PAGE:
Many forms of cancer soon will be treated like high blood pressure – as a serious disease that, even if it cannot be cured, can be managed for a very long time with oral medications that have few side effects, says Iuliana Shapira, MD.
As the newly appointed Chief Medical Officer of Regional Cancer Care Associates, LLC (RCCA), one of the nation’s largest networks of oncology specialists, Dr. Shapira is working to speed such advances, so that patients can realize the full benefits of scientists’ expanded understanding of cancer, of innovative therapies to treat cancer, and of the way cancer care is delivered.
“The main message I have for people dealing with cancer, and for their families, is one of hope,” Dr. Shapira said in a recent interview. “We are learning very fast how cancer starts, works, and travels. New therapies are invented every day. Patients should be optimistic.” The board-certified hematologist oncologist speaks as someone who has helped drive progress in cancer care. Dr. Shapira has conducted basic-science research in the role that ribonucleic acid (RNA) plays in the development of malignancies, and has done extensive clinical research in breast cancer, ovarian and gastrointestinal malignancies, and drug development. She served for several years as Associate Professor of Medicine at the Hofstra North Shore-LIJ School of Medicine, and was Director of its Center for Cancer Genetics and Cancer Control from 2008 to 2014. She joins RCCA from SUNY Downstate Medical Center in Brooklyn, where she served as Division Chief for Hematology and Oncology.
The cancer specialist explains that she was drawn to the Chief Medical Officer’s role at RCCA – which has 30 care delivery sites in New Jersey, Connecticut, and the Maryland/Washington, DC area – because of the organization’s track record of bringing cutting-edge therapies and clinical trials to community-based practices, where most cancer care in the United States is delivered.
“RCCA combines academic centers with community practices to pursue a very clear mission: Create an up-to-date, safe, and efficient office practice to deliver patient-centered cancer care,” Dr. Shapira says. She adds, “At RCCA, we place the patient at the center of our activities, and we are committed to wrapping services around the patients and offering them the best care in an appropriate and coordinated manner. We offer patient navigation, financial navigation, financial assistance with copays, and health coaching, as well as care coordination. Meanwhile, RCCA doctors are part of the community fiber. They care for people they see in the grocery store, worship with, and whose children attend the same schools as their children. Our doctors own their patients’ problems. In addition, our academic medical center affiliate, the John Theurer Cancer Center of Hackensack University Medical Center, is an incubator of innovation. The breakthroughs discovered in academia are thus rapidly disseminated into all our practices.”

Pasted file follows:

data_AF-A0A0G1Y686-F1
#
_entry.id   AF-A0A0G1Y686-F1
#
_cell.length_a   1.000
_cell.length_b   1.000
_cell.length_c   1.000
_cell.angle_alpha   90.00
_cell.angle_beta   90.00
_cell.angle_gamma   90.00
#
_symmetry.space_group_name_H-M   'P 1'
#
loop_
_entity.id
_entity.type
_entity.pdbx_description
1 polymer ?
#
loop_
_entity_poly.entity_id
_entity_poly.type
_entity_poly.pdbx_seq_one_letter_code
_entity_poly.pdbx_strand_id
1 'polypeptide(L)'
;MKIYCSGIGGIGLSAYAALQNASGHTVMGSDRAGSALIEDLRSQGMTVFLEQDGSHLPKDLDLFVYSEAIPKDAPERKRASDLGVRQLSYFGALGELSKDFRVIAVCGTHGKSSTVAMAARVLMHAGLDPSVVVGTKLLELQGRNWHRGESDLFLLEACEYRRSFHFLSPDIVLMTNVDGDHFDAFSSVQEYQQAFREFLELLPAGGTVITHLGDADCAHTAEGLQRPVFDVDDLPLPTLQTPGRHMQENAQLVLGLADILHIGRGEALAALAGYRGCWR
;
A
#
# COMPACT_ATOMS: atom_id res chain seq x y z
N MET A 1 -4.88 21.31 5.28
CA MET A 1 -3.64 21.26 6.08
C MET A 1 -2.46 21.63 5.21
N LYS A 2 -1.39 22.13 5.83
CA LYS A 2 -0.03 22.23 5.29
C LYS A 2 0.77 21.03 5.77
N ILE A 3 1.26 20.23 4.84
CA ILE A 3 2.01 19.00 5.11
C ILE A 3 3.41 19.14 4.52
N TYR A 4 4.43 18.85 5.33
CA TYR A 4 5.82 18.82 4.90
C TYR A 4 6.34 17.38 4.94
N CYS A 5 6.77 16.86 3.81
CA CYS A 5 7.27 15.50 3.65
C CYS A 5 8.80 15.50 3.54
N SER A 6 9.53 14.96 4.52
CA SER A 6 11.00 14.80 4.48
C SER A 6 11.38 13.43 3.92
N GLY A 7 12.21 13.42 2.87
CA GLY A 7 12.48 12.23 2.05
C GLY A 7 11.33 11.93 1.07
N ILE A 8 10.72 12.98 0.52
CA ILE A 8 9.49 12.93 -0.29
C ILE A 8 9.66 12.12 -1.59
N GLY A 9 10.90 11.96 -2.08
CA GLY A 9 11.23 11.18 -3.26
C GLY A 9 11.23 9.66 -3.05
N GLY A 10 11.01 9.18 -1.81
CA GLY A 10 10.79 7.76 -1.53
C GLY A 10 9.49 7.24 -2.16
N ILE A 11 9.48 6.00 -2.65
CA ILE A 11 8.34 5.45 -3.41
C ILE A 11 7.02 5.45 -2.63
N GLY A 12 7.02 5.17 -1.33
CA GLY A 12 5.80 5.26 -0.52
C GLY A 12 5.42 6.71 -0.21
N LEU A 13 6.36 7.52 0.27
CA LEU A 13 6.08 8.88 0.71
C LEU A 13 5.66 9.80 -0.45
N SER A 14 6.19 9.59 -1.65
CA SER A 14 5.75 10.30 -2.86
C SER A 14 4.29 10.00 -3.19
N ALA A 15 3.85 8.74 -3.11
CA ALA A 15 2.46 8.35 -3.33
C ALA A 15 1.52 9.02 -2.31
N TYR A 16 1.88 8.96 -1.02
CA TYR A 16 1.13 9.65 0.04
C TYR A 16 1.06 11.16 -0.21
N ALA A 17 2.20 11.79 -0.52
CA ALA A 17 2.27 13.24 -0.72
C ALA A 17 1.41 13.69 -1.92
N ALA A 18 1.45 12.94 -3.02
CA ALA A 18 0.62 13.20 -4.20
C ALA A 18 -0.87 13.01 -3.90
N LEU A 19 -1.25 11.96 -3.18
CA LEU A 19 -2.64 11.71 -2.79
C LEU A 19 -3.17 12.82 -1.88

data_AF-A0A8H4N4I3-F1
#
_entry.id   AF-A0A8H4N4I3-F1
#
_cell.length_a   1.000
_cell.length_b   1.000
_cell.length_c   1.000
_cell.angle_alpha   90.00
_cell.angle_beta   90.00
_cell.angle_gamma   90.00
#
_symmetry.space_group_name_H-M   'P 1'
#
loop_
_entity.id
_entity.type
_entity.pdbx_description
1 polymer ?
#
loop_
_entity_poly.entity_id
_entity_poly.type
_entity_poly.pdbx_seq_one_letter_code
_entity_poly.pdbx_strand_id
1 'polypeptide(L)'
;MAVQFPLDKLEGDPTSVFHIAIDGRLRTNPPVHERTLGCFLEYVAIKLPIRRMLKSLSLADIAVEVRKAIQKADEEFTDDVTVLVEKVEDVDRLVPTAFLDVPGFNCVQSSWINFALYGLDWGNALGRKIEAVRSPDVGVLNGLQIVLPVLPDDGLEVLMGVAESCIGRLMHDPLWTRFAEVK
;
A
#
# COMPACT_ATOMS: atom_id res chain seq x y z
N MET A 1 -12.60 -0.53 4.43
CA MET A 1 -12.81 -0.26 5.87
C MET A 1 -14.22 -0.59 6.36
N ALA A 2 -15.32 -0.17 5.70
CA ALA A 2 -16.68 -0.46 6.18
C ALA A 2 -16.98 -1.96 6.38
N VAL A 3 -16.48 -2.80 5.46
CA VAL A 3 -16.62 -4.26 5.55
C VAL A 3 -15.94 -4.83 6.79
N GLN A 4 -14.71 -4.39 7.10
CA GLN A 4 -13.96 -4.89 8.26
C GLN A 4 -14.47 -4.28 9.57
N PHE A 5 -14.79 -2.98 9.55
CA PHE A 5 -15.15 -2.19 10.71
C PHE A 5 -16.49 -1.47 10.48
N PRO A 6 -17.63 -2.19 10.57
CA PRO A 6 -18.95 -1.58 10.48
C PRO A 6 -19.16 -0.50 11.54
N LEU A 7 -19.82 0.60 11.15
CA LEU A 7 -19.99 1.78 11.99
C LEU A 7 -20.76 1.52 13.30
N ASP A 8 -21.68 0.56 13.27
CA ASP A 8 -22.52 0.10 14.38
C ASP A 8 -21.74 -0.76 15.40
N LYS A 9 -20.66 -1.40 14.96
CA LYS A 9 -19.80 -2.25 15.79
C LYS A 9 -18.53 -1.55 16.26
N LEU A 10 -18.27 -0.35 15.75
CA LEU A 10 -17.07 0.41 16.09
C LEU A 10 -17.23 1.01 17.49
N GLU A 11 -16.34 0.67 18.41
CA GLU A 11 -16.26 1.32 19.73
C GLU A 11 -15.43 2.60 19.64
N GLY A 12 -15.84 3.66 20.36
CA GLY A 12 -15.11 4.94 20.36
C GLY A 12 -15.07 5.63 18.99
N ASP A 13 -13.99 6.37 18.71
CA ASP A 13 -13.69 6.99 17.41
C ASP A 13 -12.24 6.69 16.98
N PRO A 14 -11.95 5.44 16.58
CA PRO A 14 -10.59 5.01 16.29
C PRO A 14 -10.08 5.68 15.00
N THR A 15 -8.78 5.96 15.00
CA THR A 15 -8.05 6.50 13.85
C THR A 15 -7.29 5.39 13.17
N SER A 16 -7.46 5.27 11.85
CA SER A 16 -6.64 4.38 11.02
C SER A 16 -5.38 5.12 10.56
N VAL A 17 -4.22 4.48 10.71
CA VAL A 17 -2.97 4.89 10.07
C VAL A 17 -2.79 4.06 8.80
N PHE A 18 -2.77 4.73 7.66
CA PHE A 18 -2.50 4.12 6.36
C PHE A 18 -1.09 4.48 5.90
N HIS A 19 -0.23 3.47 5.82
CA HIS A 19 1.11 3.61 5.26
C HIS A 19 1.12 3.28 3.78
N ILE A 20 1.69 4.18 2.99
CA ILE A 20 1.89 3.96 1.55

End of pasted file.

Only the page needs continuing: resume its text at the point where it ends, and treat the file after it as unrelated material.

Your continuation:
Terrill Jordan, the President and Chief Executive Officer of RCCA, says that Dr. Shapira’s experience and abilities will enable her to make crucial contributions to the oncology-specialist network. “We are fortunate to have a clinical leader who fully understands the challenges and opportunities our physicians and other healthcare professionals face in this rapidly evolving environment. Dr. Shapira brings not only the clinical expertise and health-system acumen needed to lead us forward, but also the spirit and passion that will help us execute our strategy in a very effective fashion.”
Dr. Shapira says that as Chief Medical Officer, she will work with RCCA’s more than 120 physicians to pursue four goals:
1. Guarantee patient access in various community settings;
2. Chart an optimal roadmap of care;
3. Foster an understanding of the whole cancer journey and its distinct components; and,
4. Promote the best quality cancer care and patient experiences while lowering the cost of care for patients.
A major focus, she explains, will be to expand patient access to the many clinical trials offered at RCCA care sites. “I also will be working with our physicians on the dissemination and implementation of tools and interventions that rapidly translate cutting-edge therapies into daily practice, so that we can best deliver the latest gains in cancer knowledge to vulnerable or difficult-to-reach populations, and can effectively monitor the quality of intervention delivery. Our aim is to bridge the gap between clinical research and everyday practice by building a knowledge base about how health information, new technologies and interventions, and new clinical practices and guidelines are translated into community-based healthcare,” Dr. Shapira notes.